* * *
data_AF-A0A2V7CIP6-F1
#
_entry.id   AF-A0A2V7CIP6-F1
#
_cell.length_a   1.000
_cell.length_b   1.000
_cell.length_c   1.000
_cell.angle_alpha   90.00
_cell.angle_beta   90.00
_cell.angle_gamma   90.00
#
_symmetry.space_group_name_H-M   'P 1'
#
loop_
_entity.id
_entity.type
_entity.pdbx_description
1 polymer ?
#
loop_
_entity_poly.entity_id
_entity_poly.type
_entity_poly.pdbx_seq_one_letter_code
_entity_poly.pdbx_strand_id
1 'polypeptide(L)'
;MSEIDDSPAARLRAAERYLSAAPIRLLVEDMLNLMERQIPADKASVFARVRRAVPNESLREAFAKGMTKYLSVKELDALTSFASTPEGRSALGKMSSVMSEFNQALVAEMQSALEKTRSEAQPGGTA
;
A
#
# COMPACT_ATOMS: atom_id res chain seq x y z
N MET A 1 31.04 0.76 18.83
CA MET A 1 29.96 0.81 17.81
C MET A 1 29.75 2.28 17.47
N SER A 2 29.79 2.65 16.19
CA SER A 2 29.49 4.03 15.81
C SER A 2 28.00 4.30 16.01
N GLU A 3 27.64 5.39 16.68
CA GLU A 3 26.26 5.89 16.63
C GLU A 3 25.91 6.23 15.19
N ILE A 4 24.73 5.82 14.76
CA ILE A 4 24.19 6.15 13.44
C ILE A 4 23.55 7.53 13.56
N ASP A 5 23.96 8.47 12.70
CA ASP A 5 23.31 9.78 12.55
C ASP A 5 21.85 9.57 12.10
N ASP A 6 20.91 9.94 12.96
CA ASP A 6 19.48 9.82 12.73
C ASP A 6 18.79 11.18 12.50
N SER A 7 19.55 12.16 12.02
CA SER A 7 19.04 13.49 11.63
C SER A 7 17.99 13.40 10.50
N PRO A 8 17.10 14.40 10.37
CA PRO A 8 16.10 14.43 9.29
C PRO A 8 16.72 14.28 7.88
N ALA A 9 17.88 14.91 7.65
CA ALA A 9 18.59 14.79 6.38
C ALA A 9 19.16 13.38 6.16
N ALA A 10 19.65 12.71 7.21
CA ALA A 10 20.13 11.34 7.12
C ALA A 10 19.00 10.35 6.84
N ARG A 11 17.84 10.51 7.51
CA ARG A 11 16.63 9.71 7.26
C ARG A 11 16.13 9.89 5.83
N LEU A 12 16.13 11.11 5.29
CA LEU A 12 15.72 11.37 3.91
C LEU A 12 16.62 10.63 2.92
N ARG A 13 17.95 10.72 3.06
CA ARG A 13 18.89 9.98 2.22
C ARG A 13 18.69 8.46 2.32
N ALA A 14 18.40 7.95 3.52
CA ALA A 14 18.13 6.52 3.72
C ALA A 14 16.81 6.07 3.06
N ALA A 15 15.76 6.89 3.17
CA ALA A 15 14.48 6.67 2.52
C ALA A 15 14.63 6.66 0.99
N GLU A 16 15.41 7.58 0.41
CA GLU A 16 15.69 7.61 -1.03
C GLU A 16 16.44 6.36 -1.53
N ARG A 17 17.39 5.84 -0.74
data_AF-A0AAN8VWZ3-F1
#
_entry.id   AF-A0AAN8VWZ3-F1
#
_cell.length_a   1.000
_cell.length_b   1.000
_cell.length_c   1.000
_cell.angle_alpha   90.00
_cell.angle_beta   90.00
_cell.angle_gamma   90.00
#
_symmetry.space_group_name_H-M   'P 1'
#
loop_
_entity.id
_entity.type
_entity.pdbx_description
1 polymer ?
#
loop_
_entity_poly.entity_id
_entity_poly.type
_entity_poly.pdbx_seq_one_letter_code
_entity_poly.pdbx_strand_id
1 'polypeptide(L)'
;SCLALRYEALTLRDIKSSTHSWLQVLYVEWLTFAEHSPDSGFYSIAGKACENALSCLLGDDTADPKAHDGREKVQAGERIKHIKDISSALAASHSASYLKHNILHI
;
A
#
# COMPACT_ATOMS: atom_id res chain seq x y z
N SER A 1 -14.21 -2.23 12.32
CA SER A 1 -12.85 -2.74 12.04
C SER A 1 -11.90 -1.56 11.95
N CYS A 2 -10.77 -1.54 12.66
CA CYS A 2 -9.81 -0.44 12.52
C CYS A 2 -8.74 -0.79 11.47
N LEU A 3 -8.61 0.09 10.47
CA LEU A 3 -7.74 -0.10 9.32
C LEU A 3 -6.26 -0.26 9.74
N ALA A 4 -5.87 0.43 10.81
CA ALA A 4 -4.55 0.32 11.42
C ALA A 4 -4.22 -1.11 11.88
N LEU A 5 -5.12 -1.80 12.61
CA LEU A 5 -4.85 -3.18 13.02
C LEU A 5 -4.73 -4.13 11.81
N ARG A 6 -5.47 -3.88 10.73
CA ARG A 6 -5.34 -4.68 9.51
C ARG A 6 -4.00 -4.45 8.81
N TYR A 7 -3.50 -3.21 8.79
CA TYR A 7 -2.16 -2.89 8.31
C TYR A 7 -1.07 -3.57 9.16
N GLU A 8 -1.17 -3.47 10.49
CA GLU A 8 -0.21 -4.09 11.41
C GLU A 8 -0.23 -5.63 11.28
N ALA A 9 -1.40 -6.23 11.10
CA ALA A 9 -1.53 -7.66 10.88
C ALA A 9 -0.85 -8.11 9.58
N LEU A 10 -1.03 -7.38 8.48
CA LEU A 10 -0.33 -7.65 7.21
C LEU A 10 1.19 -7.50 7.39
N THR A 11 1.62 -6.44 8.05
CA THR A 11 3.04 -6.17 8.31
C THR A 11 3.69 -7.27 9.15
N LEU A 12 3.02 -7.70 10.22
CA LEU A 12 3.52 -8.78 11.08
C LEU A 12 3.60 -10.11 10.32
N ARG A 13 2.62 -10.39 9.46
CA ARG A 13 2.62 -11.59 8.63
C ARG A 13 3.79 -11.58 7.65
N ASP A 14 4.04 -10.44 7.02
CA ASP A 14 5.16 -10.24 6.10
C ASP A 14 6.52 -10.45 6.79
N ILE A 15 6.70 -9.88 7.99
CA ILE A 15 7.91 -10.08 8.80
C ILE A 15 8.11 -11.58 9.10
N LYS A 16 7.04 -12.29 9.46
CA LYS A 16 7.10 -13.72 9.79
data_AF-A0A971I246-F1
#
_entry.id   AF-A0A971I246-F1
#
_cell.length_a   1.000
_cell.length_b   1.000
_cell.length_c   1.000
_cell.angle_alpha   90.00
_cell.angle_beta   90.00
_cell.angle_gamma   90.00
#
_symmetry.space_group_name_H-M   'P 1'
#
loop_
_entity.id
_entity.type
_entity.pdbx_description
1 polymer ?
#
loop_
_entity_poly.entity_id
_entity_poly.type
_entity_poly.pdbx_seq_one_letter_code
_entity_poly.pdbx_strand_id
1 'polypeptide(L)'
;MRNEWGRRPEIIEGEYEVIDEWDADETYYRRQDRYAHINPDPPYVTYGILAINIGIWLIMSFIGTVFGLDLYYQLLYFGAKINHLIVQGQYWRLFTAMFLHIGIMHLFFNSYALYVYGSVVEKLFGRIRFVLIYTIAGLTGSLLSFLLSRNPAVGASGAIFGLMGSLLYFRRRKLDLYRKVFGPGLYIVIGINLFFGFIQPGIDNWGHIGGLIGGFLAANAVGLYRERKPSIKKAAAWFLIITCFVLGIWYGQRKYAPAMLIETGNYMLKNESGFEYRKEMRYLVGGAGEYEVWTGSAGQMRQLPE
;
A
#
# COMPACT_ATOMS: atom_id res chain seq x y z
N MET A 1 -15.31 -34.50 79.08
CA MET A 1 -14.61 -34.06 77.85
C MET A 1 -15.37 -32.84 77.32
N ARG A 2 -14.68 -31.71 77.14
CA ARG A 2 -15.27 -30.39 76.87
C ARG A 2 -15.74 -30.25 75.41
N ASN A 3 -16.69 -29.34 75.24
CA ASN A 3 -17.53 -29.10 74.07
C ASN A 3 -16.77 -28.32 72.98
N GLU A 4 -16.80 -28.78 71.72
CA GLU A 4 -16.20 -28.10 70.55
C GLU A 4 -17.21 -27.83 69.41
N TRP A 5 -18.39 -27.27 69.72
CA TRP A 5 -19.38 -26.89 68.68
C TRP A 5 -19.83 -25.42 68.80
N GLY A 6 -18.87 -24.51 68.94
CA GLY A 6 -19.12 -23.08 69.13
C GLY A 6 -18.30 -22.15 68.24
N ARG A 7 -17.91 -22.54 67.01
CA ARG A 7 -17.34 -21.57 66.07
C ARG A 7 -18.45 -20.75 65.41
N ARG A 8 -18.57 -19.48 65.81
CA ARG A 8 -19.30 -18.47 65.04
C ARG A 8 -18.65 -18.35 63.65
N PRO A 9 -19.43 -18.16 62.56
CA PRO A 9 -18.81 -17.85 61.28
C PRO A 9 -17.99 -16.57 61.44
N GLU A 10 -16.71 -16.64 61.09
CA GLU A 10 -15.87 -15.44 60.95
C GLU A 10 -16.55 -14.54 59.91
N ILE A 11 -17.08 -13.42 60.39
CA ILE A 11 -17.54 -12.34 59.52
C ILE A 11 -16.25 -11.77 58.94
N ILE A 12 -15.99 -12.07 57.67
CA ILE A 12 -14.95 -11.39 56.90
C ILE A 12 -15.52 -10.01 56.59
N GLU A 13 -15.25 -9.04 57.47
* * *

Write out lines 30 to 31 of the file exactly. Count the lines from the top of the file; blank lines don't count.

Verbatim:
# COMPACT_ATOMS: atom_id res chain seq x y z
N MET A 1 31.04 0.76 18.83